Hi Devon. I agree that the WICB’s dealings with players seem unnecessarily combative. Perhaps this rapprochement with Gayle signals a move to a more constructive approach to reconciling differences, but I’m not holding my breath.

  5. Indeed Legs: Here is my idea of what should happen!
    “The cricket discourse has provided us with the latest ground for testing our collective rationality and indigenous intelligence.”

    I think Mr. Beckles meant our collective Chauvinism. His nationalistic view is one familiar with those of the communist era.

    Comes to mind Fidel Castro, Michael Manley, they wave the flag of patriotism before the people, yet there pursue of happiness is base on their perceived ignorance of the people to know that they are not genuine about the interest of the territories.

    Mr. Beckles, Look at the greatness of other sports, there is a collective partnership in its success. I always tell my children I want them to succeed in life, so I make sure I try to put the vehicle in place for them to be successful.

    What comes to mind is the Jamaican method of getting your drivers license when I was a kid. Upon a hill with the concept of if you roll back you fail. In my mind as a young man, this is what resonate with me, they design this method to fail you. WICB model of a successful West Indies team is so wrong even Blind Bartemaus could see it.

    Devon L Wilson
    Author of the Sanctuary The Open Door

  6. My Solution to the Cricketing trouble:

    Here is my suggestion to the WICB for a successful team.
    1. Respect your Workers.
    2. Make them partners.
    3. Let them know you desire their better good.
    4. Treat them as you would like to be treated.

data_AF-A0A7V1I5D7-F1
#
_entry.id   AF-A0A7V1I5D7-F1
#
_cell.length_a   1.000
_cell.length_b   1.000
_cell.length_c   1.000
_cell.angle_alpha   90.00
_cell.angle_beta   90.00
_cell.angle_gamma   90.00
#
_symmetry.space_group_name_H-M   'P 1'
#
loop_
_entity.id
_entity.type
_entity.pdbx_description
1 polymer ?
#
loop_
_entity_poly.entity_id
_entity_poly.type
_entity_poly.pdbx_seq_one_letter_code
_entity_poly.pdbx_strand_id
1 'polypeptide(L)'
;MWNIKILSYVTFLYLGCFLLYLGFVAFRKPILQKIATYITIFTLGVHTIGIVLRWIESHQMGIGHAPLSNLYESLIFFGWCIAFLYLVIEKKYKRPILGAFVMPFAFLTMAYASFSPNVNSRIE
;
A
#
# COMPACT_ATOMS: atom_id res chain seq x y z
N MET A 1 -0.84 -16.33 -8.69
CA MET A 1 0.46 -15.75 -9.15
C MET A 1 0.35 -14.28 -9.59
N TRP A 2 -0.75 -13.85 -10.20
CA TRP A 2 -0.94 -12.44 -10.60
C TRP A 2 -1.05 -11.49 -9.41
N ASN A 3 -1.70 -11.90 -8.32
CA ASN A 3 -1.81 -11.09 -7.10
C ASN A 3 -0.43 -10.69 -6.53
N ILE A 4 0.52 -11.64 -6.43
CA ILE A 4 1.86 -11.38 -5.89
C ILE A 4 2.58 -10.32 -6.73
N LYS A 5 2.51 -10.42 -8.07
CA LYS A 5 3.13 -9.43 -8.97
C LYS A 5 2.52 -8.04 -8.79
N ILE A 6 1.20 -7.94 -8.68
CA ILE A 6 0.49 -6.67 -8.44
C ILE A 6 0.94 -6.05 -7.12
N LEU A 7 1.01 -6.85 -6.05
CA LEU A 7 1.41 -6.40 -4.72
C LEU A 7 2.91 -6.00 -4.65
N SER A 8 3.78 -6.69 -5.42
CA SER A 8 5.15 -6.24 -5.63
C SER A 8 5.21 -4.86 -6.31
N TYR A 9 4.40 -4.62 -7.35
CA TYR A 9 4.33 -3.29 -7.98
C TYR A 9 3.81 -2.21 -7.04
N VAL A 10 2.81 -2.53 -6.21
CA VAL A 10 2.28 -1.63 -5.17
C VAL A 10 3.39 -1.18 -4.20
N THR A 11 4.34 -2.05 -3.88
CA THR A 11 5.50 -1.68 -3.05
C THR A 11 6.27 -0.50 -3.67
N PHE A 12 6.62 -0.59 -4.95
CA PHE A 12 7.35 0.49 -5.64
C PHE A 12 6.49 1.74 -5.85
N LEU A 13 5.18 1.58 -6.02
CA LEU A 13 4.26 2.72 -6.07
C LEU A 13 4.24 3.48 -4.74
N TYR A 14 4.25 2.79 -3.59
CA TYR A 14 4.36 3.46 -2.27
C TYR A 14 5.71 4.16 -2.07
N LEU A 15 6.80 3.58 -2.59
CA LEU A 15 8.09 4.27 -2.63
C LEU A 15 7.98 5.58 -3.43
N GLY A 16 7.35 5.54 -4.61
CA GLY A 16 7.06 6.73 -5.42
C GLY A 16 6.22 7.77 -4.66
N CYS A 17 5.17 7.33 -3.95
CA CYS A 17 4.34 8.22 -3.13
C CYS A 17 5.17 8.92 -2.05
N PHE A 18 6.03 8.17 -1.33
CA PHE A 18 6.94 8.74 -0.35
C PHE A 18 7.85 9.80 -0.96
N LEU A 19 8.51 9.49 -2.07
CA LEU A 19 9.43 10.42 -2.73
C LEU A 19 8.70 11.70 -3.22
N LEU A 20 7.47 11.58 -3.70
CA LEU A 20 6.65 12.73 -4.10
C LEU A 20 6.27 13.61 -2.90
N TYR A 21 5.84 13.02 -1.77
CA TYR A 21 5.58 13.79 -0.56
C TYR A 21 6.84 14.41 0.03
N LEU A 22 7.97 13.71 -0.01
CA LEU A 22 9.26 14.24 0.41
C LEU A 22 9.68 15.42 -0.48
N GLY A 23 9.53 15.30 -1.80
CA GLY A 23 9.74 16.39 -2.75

5. Let them know you are their Servant.
    6. Let them know the future is in their hands.
    7. Give them the tools to be successful.
    8. Lift their self worth, in other words let them feel good about themselves.
    9. Give them reason to trust you.
    10. Win the Fans over with Internal Changes by being honest and transparent

  7. Hi legsidefilth

    Loved reading your articles. We would love it if you would also post your articles to, a new site for fan journalists/bloggers like you. We can automatically import your articles to your fanalistas profile and then link back to your blog giving your work exposure to our growing online community. I have no doubt that your cricket coverage would attract a lot of readers with us.

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    I look forward hearing from you. Keep up the great work!

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  8. Luke says:

    The saga between players, board and union has been well covered so I’ll leave that. What I’m finding disappointing is West Indies’ seeming resignation to losing. It starts with the coach saying ‘taking into the 4th day’ and culminates in the captain being ‘pleased’ with a 5th day 5 wicket defeat. Otis and Sammy you should not be pleased!
    There’s a difference between being realistic about where the squad’s development is at and accepting losing before you even take the park. WI had a real chance in the first test; firstly to set England a 250 plus chase and then to rip through the middle order after having them 4/50 odd. Sammy was more concerned with over rates than wickets; hasn’t anyone learnt from the ineptness of Ponting?
    I apologise if this all comes across as rather harsh but ‘honorable’ losses remain losses for as long as the team, captain and coach don’t believe they are good enough to win.